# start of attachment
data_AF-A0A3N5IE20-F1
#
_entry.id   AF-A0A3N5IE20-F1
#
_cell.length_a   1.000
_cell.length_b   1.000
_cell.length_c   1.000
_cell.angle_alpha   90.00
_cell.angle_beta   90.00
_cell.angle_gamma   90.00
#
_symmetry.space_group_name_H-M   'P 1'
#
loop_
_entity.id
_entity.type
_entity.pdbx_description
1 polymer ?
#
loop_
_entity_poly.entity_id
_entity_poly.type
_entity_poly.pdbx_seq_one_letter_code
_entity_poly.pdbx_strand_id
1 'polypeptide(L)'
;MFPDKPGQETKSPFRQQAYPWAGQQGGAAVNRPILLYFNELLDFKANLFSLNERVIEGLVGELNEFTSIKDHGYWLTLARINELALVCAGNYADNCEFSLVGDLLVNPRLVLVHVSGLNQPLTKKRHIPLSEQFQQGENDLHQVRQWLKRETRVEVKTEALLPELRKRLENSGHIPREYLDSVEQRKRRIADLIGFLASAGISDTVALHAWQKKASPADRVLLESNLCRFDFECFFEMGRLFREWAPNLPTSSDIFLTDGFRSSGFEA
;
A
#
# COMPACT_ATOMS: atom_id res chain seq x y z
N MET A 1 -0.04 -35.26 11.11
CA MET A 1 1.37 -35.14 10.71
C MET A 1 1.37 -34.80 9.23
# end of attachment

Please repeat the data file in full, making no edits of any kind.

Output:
data_AF-A0A3N5IE20-F1
#
_entry.id   AF-A0A3N5IE20-F1
#
_cell.length_a   1.000
_cell.length_b   1.000
_cell.length_c   1.000
_cell.angle_alpha   90.00
_cell.angle_beta   90.00
_cell.angle_gamma   90.00
#
_symmetry.space_group_name_H-M   'P 1'
#
loop_
_entity.id
_entity.type
_entity.pdbx_description
1 polymer ?
#
loop_
_entity_poly.entity_id
_entity_poly.type
_entity_poly.pdbx_seq_one_letter_code
_entity_poly.pdbx_strand_id
1 'polypeptide(L)'
;MFPDKPGQETKSPFRQQAYPWAGQQGGAAVNRPILLYFNELLDFKANLFSLNERVIEGLVGELNEFTSIKDHGYWLTLARINELALVCAGNYADNCEFSLVGDLLVNPRLVLVHVSGLNQPLTKKRHIPLSEQFQQGENDLHQVRQWLKRETRVEVKTEALLPELRKRLENSGHIPREYLDSVEQRKRRIADLIGFLASAGISDTVALHAWQKKASPADRVLLESNLCRFDFECFFEMGRLFREWAPNLPTSSDIFLTDGFRSSGFEA
;
A
#
# COMPACT_ATOMS: atom_id res chain seq x y z
N MET A 1 -0.04 -35.26 11.11
CA MET A 1 1.37 -35.14 10.71
C MET A 1 1.37 -34.80 9.23